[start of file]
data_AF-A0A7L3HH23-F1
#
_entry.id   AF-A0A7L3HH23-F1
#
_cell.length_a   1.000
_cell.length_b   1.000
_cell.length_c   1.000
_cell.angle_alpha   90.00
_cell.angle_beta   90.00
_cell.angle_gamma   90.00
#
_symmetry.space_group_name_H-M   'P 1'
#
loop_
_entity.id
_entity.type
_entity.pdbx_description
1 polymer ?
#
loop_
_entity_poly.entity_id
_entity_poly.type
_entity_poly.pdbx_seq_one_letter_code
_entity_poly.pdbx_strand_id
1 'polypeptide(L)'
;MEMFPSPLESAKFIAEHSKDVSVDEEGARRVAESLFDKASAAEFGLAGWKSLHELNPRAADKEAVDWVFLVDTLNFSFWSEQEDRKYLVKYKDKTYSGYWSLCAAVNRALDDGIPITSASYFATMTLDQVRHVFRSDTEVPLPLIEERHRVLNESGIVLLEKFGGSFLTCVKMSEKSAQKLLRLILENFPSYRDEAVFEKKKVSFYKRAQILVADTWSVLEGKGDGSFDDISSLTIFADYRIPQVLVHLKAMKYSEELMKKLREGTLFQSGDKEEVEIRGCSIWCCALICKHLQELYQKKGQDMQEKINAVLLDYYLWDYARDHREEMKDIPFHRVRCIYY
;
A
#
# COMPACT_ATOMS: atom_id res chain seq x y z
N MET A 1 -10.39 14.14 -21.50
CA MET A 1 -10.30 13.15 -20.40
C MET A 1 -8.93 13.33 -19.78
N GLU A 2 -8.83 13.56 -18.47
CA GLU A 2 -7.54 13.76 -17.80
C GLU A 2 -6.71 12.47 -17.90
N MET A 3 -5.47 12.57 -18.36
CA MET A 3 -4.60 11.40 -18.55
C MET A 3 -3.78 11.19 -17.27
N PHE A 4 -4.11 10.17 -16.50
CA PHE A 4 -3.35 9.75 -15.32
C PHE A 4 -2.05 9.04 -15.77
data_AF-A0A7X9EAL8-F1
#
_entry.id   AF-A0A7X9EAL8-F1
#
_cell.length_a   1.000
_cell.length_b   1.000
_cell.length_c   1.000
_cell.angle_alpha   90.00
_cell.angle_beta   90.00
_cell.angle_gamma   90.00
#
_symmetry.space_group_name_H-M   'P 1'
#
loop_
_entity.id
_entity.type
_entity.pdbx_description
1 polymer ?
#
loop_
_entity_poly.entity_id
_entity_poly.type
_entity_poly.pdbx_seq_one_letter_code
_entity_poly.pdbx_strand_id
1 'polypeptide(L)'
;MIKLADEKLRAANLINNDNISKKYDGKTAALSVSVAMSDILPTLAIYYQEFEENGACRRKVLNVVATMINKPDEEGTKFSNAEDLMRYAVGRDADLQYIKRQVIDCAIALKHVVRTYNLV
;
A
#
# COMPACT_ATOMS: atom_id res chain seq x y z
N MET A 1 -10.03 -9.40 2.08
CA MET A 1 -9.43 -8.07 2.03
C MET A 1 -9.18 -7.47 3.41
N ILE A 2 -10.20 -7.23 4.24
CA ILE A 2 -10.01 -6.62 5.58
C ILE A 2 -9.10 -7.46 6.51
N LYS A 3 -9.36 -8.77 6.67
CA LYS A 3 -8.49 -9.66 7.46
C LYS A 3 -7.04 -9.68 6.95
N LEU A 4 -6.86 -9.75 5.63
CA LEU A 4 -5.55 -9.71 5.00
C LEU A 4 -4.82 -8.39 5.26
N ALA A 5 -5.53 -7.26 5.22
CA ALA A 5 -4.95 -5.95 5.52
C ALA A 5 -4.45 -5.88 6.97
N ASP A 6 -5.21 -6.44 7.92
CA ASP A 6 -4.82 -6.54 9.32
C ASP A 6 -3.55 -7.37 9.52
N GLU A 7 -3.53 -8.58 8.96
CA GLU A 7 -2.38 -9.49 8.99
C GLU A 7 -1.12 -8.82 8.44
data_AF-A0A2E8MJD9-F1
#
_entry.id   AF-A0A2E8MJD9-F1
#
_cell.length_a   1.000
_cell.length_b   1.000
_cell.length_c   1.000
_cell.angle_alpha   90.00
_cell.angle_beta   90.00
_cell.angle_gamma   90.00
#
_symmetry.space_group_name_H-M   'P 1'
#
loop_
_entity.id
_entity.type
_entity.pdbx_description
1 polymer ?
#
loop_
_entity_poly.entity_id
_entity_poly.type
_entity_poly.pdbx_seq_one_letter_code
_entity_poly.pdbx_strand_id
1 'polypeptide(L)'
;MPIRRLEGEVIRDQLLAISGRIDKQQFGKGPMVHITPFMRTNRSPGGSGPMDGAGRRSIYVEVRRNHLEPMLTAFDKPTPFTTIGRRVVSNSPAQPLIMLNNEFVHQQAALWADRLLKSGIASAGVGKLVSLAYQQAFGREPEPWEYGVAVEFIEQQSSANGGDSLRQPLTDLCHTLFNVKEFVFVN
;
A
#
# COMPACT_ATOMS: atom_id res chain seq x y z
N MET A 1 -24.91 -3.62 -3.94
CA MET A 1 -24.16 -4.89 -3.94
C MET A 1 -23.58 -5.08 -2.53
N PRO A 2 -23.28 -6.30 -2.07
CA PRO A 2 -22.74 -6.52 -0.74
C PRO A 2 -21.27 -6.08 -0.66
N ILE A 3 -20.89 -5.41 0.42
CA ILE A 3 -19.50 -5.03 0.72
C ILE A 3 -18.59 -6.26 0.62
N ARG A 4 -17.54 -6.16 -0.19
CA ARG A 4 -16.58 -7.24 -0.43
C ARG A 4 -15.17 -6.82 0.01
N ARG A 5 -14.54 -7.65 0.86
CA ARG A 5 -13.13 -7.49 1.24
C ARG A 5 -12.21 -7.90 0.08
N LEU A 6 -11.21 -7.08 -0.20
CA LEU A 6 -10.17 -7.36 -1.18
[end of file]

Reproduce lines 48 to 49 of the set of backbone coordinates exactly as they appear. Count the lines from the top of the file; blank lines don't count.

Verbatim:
_cell.length_b   1.000
_cell.length_c   1.000